The Federal land management agencies spend a small portion of their capital improvement funds on the construction or alteration of trails covered by the accessibility guidelines for outdoor developed areas. The Forest Service reported in its regulatory assessment for FSORAG and FSTAG that $35 million was spent in FY 2005 to improve 1,378 trail miles in the National Forest System, and estimated that 28 to 30 of these trail miles, or 2 percent of the total, are designated hiker/pedestrian trails and connect to a designated trail head or an accessible trail.[79]

The Access Board requested data from the other Federal land management agencies on trail projects funded in FY 2004 involving the construction or alteration of trails that are designated hiker/pedestrian trails and connect to a designated trail head or an accessible trail. The data provided by the other Federal land management agencies is presented in Table 3.2.[80]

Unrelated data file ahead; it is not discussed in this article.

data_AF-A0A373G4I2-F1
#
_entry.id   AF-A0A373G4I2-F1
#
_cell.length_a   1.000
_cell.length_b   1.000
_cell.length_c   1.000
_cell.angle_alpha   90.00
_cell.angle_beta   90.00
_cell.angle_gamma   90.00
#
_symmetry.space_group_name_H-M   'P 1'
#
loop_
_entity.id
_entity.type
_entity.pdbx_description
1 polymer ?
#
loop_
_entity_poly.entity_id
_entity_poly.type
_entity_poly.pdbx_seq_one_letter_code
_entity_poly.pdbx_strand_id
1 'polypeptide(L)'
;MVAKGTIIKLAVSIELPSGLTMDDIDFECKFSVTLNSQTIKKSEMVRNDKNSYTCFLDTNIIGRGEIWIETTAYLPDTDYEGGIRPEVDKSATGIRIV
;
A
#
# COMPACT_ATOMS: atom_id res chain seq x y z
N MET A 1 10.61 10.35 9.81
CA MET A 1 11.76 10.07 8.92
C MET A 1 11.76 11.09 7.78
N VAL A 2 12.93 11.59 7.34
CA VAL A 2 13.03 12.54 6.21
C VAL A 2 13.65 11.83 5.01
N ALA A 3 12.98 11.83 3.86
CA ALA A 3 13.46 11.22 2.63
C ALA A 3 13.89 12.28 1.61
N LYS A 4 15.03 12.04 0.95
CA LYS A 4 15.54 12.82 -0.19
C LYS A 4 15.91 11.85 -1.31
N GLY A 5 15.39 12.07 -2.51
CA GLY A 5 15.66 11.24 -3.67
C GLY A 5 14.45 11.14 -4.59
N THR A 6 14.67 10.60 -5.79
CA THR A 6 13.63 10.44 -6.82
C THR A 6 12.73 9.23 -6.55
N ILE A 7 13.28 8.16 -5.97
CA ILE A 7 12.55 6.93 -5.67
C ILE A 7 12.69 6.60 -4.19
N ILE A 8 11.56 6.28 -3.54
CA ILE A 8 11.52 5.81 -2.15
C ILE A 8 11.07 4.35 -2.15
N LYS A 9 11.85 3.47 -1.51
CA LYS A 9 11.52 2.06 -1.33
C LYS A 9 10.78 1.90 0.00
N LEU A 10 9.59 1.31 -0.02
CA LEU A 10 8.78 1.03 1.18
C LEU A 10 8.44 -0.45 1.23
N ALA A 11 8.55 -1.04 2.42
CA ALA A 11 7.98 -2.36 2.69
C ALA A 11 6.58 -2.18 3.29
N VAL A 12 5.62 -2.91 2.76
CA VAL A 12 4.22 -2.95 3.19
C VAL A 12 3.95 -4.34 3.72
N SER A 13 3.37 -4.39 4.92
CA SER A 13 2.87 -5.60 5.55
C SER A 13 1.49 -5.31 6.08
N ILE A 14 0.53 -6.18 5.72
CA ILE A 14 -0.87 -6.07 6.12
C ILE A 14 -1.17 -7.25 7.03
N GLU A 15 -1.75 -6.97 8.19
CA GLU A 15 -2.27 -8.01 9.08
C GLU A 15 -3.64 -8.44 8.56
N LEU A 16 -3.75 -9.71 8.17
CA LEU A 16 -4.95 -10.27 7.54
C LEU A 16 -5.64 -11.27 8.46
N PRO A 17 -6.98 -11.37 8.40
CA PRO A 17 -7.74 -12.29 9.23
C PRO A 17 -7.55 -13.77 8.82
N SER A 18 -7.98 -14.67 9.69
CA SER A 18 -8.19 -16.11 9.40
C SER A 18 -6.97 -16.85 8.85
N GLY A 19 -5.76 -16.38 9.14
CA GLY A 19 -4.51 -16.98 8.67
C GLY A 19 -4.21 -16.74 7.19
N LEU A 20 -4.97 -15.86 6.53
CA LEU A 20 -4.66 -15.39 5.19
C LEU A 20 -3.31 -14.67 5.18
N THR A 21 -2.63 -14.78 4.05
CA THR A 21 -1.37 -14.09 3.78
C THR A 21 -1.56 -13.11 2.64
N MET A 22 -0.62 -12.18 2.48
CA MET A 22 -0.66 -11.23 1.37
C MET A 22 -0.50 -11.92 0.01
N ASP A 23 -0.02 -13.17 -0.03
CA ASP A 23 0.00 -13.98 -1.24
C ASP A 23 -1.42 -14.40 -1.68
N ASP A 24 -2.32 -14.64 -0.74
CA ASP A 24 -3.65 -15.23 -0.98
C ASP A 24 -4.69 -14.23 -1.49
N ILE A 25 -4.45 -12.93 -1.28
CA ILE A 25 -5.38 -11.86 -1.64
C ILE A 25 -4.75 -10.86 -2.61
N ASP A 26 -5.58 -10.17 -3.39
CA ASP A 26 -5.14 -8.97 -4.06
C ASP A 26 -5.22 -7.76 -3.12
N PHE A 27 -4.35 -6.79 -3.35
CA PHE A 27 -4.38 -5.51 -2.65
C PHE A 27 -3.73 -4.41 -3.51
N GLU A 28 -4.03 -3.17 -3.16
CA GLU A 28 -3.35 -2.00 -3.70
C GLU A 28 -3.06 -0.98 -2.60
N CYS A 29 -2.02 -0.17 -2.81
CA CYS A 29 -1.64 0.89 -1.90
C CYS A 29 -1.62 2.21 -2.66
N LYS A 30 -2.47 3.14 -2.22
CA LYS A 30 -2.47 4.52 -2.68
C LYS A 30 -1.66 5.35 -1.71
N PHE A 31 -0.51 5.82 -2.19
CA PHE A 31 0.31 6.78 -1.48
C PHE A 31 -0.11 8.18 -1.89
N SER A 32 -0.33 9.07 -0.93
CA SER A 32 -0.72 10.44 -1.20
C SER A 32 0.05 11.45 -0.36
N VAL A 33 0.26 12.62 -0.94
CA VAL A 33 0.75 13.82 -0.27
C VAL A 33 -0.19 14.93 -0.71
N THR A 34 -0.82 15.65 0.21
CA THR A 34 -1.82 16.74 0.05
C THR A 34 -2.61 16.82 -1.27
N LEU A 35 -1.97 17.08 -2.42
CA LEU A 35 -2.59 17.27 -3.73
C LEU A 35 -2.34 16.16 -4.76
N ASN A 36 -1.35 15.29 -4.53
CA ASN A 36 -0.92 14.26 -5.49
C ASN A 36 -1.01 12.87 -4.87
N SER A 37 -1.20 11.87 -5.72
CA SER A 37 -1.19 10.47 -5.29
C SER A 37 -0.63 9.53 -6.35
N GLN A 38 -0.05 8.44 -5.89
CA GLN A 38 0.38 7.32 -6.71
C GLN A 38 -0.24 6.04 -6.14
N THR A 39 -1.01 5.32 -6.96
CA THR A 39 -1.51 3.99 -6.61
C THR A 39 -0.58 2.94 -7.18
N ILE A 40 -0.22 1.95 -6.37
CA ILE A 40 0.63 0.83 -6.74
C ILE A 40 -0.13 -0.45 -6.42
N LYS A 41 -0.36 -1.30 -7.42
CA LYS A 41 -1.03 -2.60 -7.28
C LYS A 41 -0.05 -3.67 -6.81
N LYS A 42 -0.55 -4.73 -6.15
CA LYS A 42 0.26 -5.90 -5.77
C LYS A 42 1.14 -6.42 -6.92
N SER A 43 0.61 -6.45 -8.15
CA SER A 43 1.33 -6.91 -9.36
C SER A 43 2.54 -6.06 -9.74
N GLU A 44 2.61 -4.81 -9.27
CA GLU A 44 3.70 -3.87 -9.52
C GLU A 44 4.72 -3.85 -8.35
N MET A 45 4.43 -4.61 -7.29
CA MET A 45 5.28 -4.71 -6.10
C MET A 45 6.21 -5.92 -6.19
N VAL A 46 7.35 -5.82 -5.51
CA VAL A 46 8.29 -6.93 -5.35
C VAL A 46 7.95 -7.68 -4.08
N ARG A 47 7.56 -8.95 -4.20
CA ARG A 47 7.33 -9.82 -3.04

Table 3.2 – FY 2004 Trail Projects Covered by Guidelines

Agency

Number of Projects

Total Project Costs

Department of the Interior

 

 

National Park Service

33

$2.7 million

Fish and Wildlife Service

3

$0.3 million

Bureau of Land Management

1

$25,000

Bureau of Reclamation

3

$1.2 million

Department of Defense

 

 

Army Corps of Engineers

4

$1 million

The Access Board reviewed 26 trail projects for this regulatory assessment involving the construction or alteration of trails covered by the accessibility guidelines for outdoor developed areas, as shown in Table 3.3.[81]

Table 3.3 – Trail Projects Reviewed for Regulatory Assessment